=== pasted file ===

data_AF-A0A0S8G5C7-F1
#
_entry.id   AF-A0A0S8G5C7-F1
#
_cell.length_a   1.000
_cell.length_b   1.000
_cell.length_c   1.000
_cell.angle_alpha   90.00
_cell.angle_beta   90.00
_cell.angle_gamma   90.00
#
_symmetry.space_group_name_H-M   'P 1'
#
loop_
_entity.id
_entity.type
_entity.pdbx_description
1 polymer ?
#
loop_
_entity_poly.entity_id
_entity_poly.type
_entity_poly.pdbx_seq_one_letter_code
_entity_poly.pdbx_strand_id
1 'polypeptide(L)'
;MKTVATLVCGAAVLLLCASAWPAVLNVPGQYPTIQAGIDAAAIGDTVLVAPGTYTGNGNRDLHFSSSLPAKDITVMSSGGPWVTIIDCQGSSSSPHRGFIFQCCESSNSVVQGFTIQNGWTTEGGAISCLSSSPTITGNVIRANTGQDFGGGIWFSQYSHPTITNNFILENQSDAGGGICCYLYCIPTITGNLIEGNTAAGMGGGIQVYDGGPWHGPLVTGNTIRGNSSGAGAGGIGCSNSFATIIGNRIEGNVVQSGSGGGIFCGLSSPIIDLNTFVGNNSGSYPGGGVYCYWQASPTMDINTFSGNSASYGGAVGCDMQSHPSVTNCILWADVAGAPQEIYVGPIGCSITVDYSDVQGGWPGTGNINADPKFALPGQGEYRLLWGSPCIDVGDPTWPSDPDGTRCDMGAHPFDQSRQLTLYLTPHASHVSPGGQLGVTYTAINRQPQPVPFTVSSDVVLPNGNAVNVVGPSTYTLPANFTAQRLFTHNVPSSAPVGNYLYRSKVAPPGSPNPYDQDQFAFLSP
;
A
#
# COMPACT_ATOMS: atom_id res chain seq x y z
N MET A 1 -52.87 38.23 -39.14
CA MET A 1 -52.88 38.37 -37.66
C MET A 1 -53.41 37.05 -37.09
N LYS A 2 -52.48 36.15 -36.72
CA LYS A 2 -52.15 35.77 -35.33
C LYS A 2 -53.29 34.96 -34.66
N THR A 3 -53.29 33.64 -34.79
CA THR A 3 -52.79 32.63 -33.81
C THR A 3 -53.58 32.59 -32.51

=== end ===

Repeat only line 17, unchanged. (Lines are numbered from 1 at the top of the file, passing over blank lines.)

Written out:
_entity.pdbx_description